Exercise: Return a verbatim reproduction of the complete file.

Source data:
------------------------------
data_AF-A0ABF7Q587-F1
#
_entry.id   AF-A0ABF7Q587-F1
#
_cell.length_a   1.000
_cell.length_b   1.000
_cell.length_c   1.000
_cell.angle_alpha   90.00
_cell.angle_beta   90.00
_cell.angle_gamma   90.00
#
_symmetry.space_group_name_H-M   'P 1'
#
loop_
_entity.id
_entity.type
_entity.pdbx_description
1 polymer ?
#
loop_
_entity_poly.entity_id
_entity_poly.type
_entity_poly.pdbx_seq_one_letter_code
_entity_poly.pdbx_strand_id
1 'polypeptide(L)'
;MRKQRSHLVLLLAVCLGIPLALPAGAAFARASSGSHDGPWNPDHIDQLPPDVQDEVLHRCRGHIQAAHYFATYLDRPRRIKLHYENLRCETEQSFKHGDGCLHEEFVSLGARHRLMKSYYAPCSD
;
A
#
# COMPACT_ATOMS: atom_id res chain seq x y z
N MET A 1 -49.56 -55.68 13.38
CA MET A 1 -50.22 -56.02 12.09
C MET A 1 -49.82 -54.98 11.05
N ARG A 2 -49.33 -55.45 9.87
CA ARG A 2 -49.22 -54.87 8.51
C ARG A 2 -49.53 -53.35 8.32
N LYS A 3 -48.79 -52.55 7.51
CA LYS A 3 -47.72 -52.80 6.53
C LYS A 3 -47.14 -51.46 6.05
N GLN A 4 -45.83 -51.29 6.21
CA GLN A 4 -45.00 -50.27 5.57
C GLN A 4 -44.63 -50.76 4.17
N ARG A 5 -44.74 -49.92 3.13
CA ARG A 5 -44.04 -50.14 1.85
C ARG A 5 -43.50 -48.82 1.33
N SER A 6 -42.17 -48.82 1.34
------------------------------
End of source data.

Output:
data_AF-A0ABF7Q587-F1
#
_entry.id   AF-A0ABF7Q587-F1
#
_cell.length_a   1.000
_cell.length_b   1.000
_cell.length_c   1.000
_cell.angle_alpha   90.00
_cell.angle_beta   90.00
_cell.angle_gamma   90.00
#
_symmetry.space_group_name_H-M   'P 1'
#
loop_
_entity.id
_entity.type
_entity.pdbx_description
1 polymer ?
#
loop_
_entity_poly.entity_id
_entity_poly.type
_entity_poly.pdbx_seq_one_letter_code
_entity_poly.pdbx_strand_id
1 'polypeptide(L)'
;MRKQRSHLVLLLAVCLGIPLALPAGAAFARASSGSHDGPWNPDHIDQLPPDVQDEVLHRCRGHIQAAHYFATYLDRPRRIKLHYENLRCETEQSFKHGDGCLHEEFVSLGARHRLMKSYYAPCSD
;
A
#
# COMPACT_ATOMS: atom_id res chain seq x y z
N MET A 1 -49.56 -55.68 13.38
CA MET A 1 -50.22 -56.02 12.09
C MET A 1 -49.82 -54.98 11.05
N ARG A 2 -49.33 -55.45 9.87
CA ARG A 2 -49.22 -54.87 8.51
C ARG A 2 -49.53 -53.35 8.32
N LYS A 3 -48.79 -52.55 7.51
CA LYS A 3 -47.72 -52.80 6.53
C LYS A 3 -47.14 -51.46 6.05
N GLN A 4 -45.83 -51.29 6.21
CA GLN A 4 -45.00 -50.27 5.57
C GLN A 4 -44.63 -50.76 4.17
N ARG A 5 -44.74 -49.92 3.13
CA ARG A 5 -44.04 -50.14 1.85
C ARG A 5 -43.50 -48.82 1.33
N SER A 6 -42.17 -48.82 1.34